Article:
September 15, 2009 at 11:24 pm
(13) firefly says:

my coding style:

if Condition1
and Condition2
and Condition3 then begin
// do sth.
end else begin
// otherwise

September 15, 2009 at 11:26 pm
(14) firefly says:

space is removed automatically, it should be:

if Condition1
____and Condition2
____and Condition3 then begin
__// do sth.
end else begin
__// otherwise

September 16, 2009 at 12:25 am
(15) Andrea Raimondi says:

My coding style is a bit complex.

if ShortCond1 and ShortCond2 then
// Multiple lines here

if ShortCond1 and ShortCond2 then
// Single line here, no begin/end

if ShortCond1 and ShortCond2 then
// Multiple lines here
else begin
// Multiple lines here

if LongConditionOneOnTheFirstLine and
LongConditionTwoOnTheSecond then

I tend to use one-liners after “then” rarely,
since I use the begin/end block to “protect”
when I am not sure if I will add other code.



September 16, 2009 at 2:07 am
(16) Ron Tuijnman says:

I use Castalia merely for the feature of marking those blocks (even the nested ones!) automaticly with thin coloured lines. Really love that! Therefor I keep those blocks on separate lines…

September 16, 2009 at 3:02 am
(17) Keith says:

I use very spaced-out code – 8 character tabs (so that after a few indents I am forced to create a procedure or function instead of losing the code off the right of the screen), blank lines here and there and, most importantly, begins on a new line so that blocks are distinct.

For me, this makes debugging and reading easier and, as I always stick to my own style, I can also recognise code by the shape as I am scrolling quickly looking for it.

This was the style I was taught when I learned Pascal many tears ago.

September 16, 2009 at 3:33 am
(18) Loïs Bégué says:

The “old fashioned standard” is ok for specific purposes.
Though I use to format my code like:

Procedure IsTestOk(out anErrorcode: integer): Boolean;
_____TestLoop: Integer;
________If (Condition1 and Condition2) then Begin
___________For TestLoop:=0 to 9 do Begin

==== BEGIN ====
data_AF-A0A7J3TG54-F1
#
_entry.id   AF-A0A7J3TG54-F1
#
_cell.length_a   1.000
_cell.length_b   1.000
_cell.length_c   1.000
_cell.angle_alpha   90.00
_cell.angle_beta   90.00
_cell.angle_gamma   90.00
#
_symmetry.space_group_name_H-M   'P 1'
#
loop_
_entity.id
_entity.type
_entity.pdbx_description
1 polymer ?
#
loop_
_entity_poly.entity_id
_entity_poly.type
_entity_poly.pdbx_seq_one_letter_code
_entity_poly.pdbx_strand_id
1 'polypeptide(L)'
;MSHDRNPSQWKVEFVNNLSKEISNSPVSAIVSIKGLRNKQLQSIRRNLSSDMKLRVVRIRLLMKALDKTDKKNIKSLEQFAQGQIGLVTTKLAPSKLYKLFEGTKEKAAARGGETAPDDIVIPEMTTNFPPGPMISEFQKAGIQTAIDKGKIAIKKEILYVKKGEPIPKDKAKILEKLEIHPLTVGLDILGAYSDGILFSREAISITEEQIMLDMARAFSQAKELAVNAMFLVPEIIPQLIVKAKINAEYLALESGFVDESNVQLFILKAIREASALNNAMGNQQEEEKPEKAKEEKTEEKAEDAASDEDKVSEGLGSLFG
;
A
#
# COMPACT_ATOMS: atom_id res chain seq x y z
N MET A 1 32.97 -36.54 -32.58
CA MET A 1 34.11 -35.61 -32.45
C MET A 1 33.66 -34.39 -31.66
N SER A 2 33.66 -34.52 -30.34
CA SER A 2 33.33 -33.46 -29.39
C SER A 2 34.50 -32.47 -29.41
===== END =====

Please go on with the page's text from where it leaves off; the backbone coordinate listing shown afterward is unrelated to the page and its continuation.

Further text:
_______________writeln(IntToStr(TestLoop), now);
_______________LogThis(‘Test Loop: ‘ + IntToStr(TestLoop));

To me, the “end” belongs to the “subcode”, thus the extra indent.

Hence, it’s a visual improvement: it’s EASY TO IDENTIFY THE CODE BLOCKS.

I REALLY DON’T CARE about the length of the code lines – I’m using 2 reasonably modern TFT-screens so I prefer NOT HAVING TO SCROLL DOWN for more code…

my very subjectiv 2 cents :)

September 16, 2009 at 7:18 am
(19) Keith says:

I supose it’s each to his, or her, but for me a code block with the start (i.e. begin) stuffed at the end of the previous line isn’t obvious.

When I get to the point of deciding to cut code out to form a procedure, it’s handy to be able to highlight and cut entire lines only.

Furthermore, if you have a lot of conditions and you miss an “end” out it’s far easier to look down the indent columns for “begin”s and match them to “end”s – for me, at least.

It all reminds me of the discussions about whether the toilet paper should hang down from the front or the back, or whether the toilet seat should stay up or down in between use. My view on both is, who cares?

Do your own thing if only you are going to use the code.

September 16, 2009 at 7:27 am
(20) Keith says:

Oh, and the point about lines lengths was not the width of the screen, as such. It was about the good programming practice of not having tortuous logic routes and hugely indented code. These are a hindrance to debugging and code maintenance. I have trouble with my own programs after a few years, never mind other people’s.

Of course, thirty lines of comment per line of code might explain all…

September 21, 2009 at 5:38 am
(21) Tolga says:

My coding is like that;

if condition then begin
end else begin

If first section takes more than one line and else section exists, i make a empty line like that;

if a > b then begin
ListBox1.Items.Add( “Message” );
ListBox2.Items.Add( “Message” );

end else begin
// code …

September 27, 2009 at 12:01 pm
(22) JorgeN says:

I find heavier indentation helpful and clearer

if XXX